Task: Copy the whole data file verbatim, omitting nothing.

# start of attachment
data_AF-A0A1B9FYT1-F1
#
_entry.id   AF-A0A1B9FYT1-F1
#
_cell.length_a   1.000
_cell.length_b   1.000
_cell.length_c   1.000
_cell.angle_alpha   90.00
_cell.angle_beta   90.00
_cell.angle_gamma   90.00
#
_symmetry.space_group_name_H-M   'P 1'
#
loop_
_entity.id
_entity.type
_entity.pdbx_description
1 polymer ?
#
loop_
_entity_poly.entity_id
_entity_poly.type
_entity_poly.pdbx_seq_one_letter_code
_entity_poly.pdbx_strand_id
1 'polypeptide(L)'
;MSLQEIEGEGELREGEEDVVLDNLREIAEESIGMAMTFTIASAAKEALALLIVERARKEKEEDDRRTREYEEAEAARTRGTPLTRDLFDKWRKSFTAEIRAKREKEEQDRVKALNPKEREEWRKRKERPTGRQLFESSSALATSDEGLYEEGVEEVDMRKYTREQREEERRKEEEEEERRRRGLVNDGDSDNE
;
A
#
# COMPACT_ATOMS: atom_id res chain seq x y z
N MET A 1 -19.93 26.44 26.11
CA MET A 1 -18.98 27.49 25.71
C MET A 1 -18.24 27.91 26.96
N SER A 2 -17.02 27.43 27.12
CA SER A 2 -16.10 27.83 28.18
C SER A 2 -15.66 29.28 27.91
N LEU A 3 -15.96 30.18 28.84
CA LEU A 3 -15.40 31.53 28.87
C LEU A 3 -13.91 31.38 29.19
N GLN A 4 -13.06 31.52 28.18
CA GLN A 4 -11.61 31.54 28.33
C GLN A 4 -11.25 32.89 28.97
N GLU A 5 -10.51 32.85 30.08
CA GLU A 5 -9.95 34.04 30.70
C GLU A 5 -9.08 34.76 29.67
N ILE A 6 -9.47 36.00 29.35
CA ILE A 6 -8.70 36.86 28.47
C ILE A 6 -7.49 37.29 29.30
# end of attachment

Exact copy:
data_AF-A0A1B9FYT1-F1
#
_entry.id   AF-A0A1B9FYT1-F1
#
_cell.length_a   1.000
_cell.length_b   1.000
_cell.length_c   1.000
_cell.angle_alpha   90.00
_cell.angle_beta   90.00
_cell.angle_gamma   90.00
#
_symmetry.space_group_name_H-M   'P 1'
#
loop_
_entity.id
_entity.type
_entity.pdbx_description
1 polymer ?
#
loop_
_entity_poly.entity_id
_entity_poly.type
_entity_poly.pdbx_seq_one_letter_code
_entity_poly.pdbx_strand_id
1 'polypeptide(L)'
;MSLQEIEGEGELREGEEDVVLDNLREIAEESIGMAMTFTIASAAKEALALLIVERARKEKEEDDRRTREYEEAEAARTRGTPLTRDLFDKWRKSFTAEIRAKREKEEQDRVKALNPKEREEWRKRKERPTGRQLFESSSALATSDEGLYEEGVEEVDMRKYTREQREEERRKEEEEEERRRRGLVNDGDSDNE
;
A
#
# COMPACT_ATOMS: atom_id res chain seq x y z
N MET A 1 -19.93 26.44 26.11
CA MET A 1 -18.98 27.49 25.71
C MET A 1 -18.24 27.91 26.96
N SER A 2 -17.02 27.43 27.12
CA SER A 2 -16.10 27.83 28.18
C SER A 2 -15.66 29.28 27.91
N LEU A 3 -15.96 30.18 28.84
CA LEU A 3 -15.40 31.53 28.87
C LEU A 3 -13.91 31.38 29.19
N GLN A 4 -13.06 31.52 28.18
CA GLN A 4 -11.61 31.54 28.33
C GLN A 4 -11.25 32.89 28.97
N GLU A 5 -10.51 32.85 30.08
CA GLU A 5 -9.95 34.04 30.70
C GLU A 5 -9.08 34.76 29.67
N ILE A 6 -9.47 36.00 29.35
CA ILE A 6 -8.70 36.86 28.47
C ILE A 6 -7.49 37.29 29.30